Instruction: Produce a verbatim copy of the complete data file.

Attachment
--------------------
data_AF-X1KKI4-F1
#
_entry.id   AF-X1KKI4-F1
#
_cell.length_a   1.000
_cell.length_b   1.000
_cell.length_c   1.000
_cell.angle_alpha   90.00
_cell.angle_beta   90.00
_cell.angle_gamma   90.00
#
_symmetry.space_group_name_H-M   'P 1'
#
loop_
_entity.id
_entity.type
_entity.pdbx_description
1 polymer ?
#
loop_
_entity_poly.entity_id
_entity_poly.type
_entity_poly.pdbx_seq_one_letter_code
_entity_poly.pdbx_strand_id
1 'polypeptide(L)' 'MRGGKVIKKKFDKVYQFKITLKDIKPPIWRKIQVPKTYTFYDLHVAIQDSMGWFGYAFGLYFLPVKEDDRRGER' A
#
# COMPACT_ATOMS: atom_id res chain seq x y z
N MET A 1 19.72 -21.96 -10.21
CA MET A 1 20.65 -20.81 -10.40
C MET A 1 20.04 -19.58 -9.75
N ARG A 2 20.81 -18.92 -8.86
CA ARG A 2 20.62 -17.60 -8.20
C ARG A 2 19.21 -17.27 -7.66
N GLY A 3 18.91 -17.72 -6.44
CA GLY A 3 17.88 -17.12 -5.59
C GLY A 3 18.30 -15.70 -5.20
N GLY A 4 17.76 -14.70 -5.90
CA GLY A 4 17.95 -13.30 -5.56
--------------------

data_AF-X1KKI4-F1
#
_entry.id   AF-X1KKI4-F1
#
_cell.length_a   1.000
_cell.length_b   1.000
_cell.length_c   1.000
_cell.angle_alpha   90.00
_cell.angle_beta   90.00
_cell.angle_gamma   90.00
#
_symmetry.space_group_name_H-M   'P 1'
#
loop_
_entity.id
_entity.type
_entity.pdbx_description
1 polymer ?
#
loop_
_entity_poly.entity_id
_entity_poly.type
_entity_poly.pdbx_seq_one_letter_code
_entity_poly.pdbx_strand_id
1 'polypeptide(L)' 'MRGGKVIKKKFDKVYQFKITLKDIKPPIWRKIQVPKTYTFYDLHVAIQDSMGWFGYAFGLYFLPVKEDDRRGER' A
#
# COMPACT_ATOMS: atom_id res chain seq x y z
N MET A 1 19.72 -21.96 -10.21
CA MET A 1 20.65 -20.81 -10.40
C MET A 1 20.04 -19.58 -9.75
N ARG A 2 20.81 -18.92 -8.86
CA ARG A 2 20.62 -17.60 -8.20
C ARG A 2 19.21 -17.27 -7.66
N GLY A 3 18.91 -17.72 -6.44
CA GLY A 3 17.88 -17.12 -5.59
C GLY A 3 18.30 -15.70 -5.20
N GLY A 4 17.76 -14.70 -5.90
CA GLY A 4 17.95 -13.30 -5.56